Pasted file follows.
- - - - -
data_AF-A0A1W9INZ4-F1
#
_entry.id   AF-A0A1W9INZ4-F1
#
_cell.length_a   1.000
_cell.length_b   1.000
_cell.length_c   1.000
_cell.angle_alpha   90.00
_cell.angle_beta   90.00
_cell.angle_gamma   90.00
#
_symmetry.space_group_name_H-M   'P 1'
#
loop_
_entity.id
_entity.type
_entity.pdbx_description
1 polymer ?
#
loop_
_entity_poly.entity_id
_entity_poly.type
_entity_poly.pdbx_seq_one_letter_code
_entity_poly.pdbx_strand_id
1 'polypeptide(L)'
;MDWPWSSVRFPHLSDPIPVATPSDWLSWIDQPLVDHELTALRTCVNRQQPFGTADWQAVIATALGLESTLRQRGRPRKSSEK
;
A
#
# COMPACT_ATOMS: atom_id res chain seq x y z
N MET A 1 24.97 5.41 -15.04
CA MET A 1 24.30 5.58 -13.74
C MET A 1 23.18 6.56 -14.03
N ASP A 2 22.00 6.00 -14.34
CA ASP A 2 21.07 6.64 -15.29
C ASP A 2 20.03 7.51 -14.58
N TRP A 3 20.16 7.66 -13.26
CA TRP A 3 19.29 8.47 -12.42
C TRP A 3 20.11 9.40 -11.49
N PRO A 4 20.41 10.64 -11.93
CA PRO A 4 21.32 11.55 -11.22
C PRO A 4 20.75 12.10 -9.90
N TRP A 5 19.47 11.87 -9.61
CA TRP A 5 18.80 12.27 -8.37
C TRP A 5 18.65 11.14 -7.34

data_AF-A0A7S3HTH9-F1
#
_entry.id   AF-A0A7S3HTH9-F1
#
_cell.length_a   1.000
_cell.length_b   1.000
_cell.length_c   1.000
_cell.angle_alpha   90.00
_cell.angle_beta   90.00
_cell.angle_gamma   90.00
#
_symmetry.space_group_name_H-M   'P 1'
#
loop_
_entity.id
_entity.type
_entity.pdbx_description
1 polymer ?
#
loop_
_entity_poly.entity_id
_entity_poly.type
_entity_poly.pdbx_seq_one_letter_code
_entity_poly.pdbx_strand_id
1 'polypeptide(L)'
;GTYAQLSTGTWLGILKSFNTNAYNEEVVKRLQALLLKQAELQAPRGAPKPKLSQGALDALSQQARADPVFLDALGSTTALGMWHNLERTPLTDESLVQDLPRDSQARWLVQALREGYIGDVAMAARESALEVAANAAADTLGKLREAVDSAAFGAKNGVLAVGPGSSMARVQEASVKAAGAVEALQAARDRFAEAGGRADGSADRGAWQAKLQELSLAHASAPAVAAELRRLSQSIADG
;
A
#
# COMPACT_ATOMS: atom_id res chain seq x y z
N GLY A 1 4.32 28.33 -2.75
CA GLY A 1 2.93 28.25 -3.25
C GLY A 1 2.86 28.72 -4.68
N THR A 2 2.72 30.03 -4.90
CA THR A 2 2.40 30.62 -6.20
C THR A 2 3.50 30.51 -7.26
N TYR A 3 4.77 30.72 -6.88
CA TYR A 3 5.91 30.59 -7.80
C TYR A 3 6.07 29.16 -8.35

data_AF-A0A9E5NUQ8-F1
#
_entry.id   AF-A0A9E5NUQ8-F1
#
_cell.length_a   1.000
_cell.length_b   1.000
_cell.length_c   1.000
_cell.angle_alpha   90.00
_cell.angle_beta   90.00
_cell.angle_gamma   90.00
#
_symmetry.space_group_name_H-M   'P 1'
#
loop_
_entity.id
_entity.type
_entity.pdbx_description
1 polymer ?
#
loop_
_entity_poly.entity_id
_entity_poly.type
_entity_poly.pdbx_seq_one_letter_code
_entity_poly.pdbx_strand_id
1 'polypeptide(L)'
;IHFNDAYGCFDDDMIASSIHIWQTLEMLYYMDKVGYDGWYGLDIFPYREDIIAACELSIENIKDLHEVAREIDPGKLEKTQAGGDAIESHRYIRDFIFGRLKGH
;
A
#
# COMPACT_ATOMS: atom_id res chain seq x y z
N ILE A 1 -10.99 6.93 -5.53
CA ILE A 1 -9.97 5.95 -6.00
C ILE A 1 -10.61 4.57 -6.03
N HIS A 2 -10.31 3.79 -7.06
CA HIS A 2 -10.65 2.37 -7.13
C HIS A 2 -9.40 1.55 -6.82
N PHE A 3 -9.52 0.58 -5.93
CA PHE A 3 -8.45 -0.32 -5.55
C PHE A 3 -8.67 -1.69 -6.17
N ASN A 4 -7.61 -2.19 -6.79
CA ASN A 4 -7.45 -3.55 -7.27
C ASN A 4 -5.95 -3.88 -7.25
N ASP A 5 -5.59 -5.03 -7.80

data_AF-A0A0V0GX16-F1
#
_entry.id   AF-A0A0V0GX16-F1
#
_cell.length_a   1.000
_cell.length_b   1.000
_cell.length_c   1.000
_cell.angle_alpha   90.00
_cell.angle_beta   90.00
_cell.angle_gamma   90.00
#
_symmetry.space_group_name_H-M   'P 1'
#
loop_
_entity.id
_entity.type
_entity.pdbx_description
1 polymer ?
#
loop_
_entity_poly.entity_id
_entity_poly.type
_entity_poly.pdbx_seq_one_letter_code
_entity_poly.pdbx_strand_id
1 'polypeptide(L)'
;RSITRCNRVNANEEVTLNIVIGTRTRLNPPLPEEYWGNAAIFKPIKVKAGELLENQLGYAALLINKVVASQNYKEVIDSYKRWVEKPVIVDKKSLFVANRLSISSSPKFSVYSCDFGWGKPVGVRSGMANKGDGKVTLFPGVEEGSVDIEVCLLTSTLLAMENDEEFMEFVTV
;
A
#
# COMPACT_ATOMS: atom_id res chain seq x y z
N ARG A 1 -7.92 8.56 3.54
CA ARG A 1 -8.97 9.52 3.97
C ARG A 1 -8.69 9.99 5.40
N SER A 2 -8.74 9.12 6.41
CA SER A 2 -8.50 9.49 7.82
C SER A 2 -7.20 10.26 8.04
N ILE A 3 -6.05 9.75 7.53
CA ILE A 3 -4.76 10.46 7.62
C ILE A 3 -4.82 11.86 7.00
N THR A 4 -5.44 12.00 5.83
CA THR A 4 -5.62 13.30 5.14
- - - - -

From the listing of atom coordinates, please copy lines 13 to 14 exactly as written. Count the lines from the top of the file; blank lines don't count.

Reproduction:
#
loop_